Today I woke up feeling pretty raw, so this New Year’s Eve Day post may be pretty raw, as well. I’m guessing it’s still about the same things I’ve already written about. But this is where I stand on my path of loss and mourning. Trust me, I wish I could give a glowing report of how God healed my broken heart and gave me a new vision for my life. But after reading grief books, talking with widows, conversing on a widow’s Facebook page, and waking up every morning having prayed for healing vision, it doesn’t seem to work like that. It appears to be a slogging through, until at last, you are able to see colors again, find joy for more than a brief moment, and actually believe you have the energy to forge a new life as a single person.
All of this I absolutely hate.
Now the holiday trifecta is almost over, and as predicted, I'm sensing this one to be the toughest one to get through. My plan was to stay home and tough it out because going anywhere didn’t seem a better option. I will be sad wherever I am, whatever I am doing. And where would I go? No one my age has parties anymore…it’s just safer and easier to stay home with the one we love, plan for the coming year, deconstruct the last year, drink champagne, kiss at midnight, then go to bed.
When Craig and I were middle-agers, we threw a few New Year’s Eve parties…one at an old
farmhouse we rented after we got married, and at least two in our current home in the country. The first one was in 2000, the year of Y2K. We invited folks to come in their best “Formal Pajama” attire. Craig and I wore matching lounge pants; he donned a tie, and I wore a tiara to add to our formality. And yes, there were bins of survival supplies waiting in the basement in case the world came crashing down around us during the transition from the 20th to the 21st century. Sixteen years later… the world still goes on.
We threw another NYE party and combined it with a fundraiser for Good Works, a ministry to homeless people in Southern Ohio. We gave out baskets of homemade Ciabatta bread, Craig’s homemade grilling spice (the label read, Ingredients: “I could tell you, but then I’d have to kill you.”), and a bottle of his homemade wine (I think). In return, we asked for a donation to the ministry of whatever people could afford. It was a lot of fun for us preparing the gifts and the gift baskets. And our friends gave generously to a good cause. We loved approaching these events creatively at times and getting people together to do something meaningful. Hospitality was a gift we both possessed and enjoyed. We were a team and over the years we perfected our working rhythms and roles when we entertained. I loved that about us.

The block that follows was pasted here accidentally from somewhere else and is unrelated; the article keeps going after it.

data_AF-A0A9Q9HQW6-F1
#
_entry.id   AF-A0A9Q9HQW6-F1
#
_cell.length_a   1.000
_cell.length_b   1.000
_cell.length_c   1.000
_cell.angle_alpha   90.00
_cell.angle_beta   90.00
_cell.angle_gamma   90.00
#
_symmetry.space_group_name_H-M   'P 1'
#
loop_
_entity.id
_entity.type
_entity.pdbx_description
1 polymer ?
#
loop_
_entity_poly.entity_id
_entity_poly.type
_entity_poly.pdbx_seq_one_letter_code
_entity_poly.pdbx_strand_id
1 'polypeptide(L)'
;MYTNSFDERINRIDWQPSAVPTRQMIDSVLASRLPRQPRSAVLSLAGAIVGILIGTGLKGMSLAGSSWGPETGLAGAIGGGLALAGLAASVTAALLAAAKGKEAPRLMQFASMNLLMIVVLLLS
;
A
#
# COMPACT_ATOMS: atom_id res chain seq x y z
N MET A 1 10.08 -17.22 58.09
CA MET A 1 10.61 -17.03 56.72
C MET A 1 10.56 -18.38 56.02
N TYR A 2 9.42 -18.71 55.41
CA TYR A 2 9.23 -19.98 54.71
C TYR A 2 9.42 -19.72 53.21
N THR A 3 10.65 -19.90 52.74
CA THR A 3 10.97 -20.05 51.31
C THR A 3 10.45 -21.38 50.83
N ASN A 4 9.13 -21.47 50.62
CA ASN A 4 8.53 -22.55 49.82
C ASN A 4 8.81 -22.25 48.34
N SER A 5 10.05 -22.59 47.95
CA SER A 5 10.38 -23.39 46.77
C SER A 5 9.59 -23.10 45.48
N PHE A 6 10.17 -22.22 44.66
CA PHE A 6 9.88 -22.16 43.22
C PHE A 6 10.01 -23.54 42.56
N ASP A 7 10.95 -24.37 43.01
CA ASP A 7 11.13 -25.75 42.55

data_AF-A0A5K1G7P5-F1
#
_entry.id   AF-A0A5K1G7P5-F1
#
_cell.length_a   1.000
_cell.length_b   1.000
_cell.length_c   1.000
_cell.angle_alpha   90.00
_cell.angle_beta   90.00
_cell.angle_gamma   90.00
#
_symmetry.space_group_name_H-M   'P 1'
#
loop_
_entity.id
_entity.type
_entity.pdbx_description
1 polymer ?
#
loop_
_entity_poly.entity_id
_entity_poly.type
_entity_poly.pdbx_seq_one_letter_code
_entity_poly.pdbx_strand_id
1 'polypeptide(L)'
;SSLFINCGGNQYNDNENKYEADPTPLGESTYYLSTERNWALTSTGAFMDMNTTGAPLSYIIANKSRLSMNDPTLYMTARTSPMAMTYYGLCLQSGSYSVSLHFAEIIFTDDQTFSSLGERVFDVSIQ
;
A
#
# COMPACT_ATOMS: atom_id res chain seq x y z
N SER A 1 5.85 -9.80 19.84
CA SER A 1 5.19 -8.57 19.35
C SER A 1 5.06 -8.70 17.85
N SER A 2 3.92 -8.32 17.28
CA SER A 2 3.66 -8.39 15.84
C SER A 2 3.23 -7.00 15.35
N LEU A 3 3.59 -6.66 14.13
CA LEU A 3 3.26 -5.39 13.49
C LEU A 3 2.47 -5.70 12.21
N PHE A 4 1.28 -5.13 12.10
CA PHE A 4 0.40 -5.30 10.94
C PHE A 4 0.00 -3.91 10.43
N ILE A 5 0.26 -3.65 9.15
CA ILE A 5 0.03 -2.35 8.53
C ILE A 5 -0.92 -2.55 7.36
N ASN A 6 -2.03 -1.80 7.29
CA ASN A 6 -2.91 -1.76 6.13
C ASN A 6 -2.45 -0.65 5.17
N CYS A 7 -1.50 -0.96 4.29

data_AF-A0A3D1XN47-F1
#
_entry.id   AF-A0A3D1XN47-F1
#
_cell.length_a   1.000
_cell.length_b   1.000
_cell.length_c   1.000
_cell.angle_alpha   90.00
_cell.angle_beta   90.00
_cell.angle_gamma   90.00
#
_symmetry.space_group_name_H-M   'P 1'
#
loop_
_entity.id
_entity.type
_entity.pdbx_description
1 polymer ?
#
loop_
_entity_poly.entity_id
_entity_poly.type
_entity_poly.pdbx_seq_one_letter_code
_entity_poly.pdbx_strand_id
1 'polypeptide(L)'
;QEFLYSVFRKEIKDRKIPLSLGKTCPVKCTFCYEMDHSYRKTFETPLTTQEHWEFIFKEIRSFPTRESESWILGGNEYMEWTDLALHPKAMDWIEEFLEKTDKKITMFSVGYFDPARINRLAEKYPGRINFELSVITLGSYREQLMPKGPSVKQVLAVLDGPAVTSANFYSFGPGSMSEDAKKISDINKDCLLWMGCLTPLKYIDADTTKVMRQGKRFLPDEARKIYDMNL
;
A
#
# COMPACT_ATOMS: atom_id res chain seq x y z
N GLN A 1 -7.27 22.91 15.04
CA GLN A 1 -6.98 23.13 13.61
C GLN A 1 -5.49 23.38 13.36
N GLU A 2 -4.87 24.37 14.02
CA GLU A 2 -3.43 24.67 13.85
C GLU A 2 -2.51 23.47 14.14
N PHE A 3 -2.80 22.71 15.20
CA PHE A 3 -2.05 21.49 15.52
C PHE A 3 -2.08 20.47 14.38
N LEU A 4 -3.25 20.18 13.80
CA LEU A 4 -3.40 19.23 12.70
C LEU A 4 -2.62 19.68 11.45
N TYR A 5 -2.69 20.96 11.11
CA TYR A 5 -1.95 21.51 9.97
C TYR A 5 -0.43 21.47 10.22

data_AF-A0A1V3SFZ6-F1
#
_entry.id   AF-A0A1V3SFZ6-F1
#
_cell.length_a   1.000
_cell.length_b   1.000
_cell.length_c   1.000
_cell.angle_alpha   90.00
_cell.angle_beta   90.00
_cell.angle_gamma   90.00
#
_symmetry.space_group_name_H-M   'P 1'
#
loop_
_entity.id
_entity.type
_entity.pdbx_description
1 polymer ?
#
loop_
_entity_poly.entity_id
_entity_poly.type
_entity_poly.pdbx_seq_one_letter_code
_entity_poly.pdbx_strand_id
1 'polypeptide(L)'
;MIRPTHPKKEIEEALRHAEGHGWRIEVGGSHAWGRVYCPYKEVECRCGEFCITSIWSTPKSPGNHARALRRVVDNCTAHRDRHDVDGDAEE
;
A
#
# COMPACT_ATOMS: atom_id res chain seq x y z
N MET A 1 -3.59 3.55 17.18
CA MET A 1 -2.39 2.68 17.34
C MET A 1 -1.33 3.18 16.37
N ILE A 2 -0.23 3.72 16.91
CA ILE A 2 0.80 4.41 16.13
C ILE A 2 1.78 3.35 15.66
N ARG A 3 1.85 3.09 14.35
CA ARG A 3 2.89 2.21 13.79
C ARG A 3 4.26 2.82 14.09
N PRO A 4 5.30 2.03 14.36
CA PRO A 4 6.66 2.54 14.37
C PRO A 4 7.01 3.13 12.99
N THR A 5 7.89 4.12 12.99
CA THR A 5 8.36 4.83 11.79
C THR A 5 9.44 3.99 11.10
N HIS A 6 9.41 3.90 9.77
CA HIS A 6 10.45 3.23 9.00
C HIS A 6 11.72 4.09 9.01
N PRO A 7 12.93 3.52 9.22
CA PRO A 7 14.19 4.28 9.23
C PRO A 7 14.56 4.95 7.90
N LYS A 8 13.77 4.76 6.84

But this night will look nothing like the eve of a new year from our past, nor will the morning, when we would have “coffee, tea and crumpets” while writing in our new journals. I am empty of any ability to dream or plan for 2017. What would I? Grief has set my priorities and my course. I see only days of trying to just “get through.” People keep telling me I am doing well and am so brave…but they don’t see me weak from sobbing and wanting to just die. Or how weak I often think I am for not being able to rise above these emotions and be grateful for the life we had together and move on. They don’t know my dark thoughts; images of myself over the next 20 years feeling the weight of growing old, and maybe even sick, all alone. While I used to enjoy being alone…I am not a loner. I work and live best in partnership. It is hard, given my age, my few social ties, and having already experienced my truest love, to see myself entering into another partnership with a man. But in all honesty, I think about it more than I thought I would. I just miss being loved by someone who gets me, who I get, and with whom I built a whole life. To have all that taken away within 20 minutes one morning in August is something I can barely live with sometimes.
But I do live with it. I bravely get up in the morning and feed the dog. I do a load of laundry. I return a few texts and emails. By early afternoon, I am spent. I remind myself to NOT judge my limitations. And I suppose if turning up the flame on the family room fireplace, instead of letting the room fill up with gas and lighting a match, is brave, then I guess I am.
FUTURE NOTE: Holidays are hard, no doubt. But they get better. Glad I kept the flame on.